To collect the backscattered light from the atmosphere two telescopes (quasi-cassegrain-design) with 1.8 m primary mirrors are used which can be tilted up to 30° off-zenith. They are installed that one telescope is able to access the north-to-west quadrant, the other one the south-to-east quadrant. A schematical drawing of the telescopes and the laser beam paths in the telescope hall is shown in Figure 3. The picture in Figure 4 shows the view from above into the telescope hall with the two telescopes. The South-East telescope (SET, left) is tilted 20° to the East while the North-West telescope (NWT, right) is titled 20° to the North. The protective covers of both telescopes are open and one can see the green laser beams. Using the two telescopes different combinations of viewing directions are possible for observations like simultaneous and common-volume measurements with rocketborn in situ experiments and studies of the horizontal structure of NLC. Besides horizontal wind measurements are possible.
For investigations of the polarization characteristics of the light in the visible (532 nm) and ultraviolet (355 nm) spectral range turnable polarizers are integrated in the focal optics of the receiving telescopes which can be used when needed. The light received from the atmosphere is guided by optical fibers to the input optics of the optical bench.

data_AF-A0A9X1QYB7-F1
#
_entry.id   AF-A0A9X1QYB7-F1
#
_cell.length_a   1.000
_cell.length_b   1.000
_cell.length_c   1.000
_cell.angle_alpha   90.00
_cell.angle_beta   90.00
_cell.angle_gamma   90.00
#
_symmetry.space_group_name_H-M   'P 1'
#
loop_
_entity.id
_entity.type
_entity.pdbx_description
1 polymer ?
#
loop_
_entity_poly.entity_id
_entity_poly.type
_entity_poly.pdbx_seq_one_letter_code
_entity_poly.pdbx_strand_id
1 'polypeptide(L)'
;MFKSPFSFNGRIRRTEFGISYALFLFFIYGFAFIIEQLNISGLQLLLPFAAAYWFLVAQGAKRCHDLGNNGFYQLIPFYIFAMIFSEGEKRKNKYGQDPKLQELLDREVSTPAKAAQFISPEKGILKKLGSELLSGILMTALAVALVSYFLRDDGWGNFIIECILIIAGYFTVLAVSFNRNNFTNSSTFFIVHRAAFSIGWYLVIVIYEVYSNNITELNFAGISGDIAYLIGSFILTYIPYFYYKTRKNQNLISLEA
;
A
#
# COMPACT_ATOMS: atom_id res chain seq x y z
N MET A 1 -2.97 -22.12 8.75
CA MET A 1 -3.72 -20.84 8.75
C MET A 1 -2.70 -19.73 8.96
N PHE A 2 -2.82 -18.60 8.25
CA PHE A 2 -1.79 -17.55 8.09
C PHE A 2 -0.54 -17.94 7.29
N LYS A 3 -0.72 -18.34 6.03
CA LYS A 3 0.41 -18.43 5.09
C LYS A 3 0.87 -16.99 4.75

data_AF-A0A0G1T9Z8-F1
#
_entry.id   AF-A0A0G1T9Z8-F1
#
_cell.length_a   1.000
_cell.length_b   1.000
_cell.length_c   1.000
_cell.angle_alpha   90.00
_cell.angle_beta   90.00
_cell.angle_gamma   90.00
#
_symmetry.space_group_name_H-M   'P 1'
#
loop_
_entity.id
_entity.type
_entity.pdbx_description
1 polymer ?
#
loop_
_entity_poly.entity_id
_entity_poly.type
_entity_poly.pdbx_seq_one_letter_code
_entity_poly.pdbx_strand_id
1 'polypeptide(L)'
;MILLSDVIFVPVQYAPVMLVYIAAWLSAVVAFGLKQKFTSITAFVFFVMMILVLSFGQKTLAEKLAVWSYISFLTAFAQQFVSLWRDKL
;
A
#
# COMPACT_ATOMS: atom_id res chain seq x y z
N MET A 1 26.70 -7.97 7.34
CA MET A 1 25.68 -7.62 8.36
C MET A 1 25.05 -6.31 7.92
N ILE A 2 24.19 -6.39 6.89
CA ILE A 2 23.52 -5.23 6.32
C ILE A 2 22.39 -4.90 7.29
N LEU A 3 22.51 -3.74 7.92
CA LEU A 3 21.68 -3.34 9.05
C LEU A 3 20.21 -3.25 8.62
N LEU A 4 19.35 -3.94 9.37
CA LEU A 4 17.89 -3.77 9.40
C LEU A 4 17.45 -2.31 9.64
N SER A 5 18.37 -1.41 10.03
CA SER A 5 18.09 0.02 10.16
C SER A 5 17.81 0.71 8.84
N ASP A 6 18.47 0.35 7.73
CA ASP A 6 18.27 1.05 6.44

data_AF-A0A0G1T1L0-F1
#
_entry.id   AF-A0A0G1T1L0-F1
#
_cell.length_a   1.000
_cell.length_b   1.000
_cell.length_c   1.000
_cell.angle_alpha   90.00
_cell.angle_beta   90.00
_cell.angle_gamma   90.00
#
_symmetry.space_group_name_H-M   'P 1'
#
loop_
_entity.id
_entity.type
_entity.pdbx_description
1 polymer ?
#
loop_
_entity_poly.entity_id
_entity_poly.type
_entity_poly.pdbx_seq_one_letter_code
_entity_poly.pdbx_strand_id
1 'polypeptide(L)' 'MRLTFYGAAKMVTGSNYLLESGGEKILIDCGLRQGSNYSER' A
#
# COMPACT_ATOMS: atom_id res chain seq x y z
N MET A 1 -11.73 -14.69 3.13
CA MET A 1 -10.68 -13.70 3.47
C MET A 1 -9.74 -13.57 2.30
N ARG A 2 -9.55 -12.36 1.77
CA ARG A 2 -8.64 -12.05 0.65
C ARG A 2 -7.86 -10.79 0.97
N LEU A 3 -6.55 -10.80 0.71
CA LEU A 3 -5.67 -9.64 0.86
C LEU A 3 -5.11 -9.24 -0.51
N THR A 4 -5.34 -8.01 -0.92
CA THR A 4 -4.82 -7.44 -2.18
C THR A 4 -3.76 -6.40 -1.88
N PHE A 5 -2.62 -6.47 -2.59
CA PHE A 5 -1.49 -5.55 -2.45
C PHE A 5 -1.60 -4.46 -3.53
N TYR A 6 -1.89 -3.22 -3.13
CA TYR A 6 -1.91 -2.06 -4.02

At the input of the optical bench (see drawing in Figure 5) a rotating segmented mirror (fiber selector) is used to feed the light of both telescopes synchronized to the laser pulses into the single set of receiving optics. A rotating chopper blade blocks the strong signal from the troposphere to prevent detector overload. The light is separated and filtered by spectral range and intensity to measure with 18 different detectors (details see Table 1). Using photomultipliers (PMT) and avalanche photodiodes (APD) the collected light is converted into electrical signals which are altitude resolved by counters.
The detectros for the three laser wavelengths can be operated all year and under daylight conditions due to strong spatial and spectral filtering by a small telescope field-of-view (96 μrad), interference filters and actively stabilized Fabry-Perot-Interferometer (etalons) having a bandwidth of 10 and 4 pm respectively. The picture in Figure 6 shows the etalons together with other parts of the optical bench.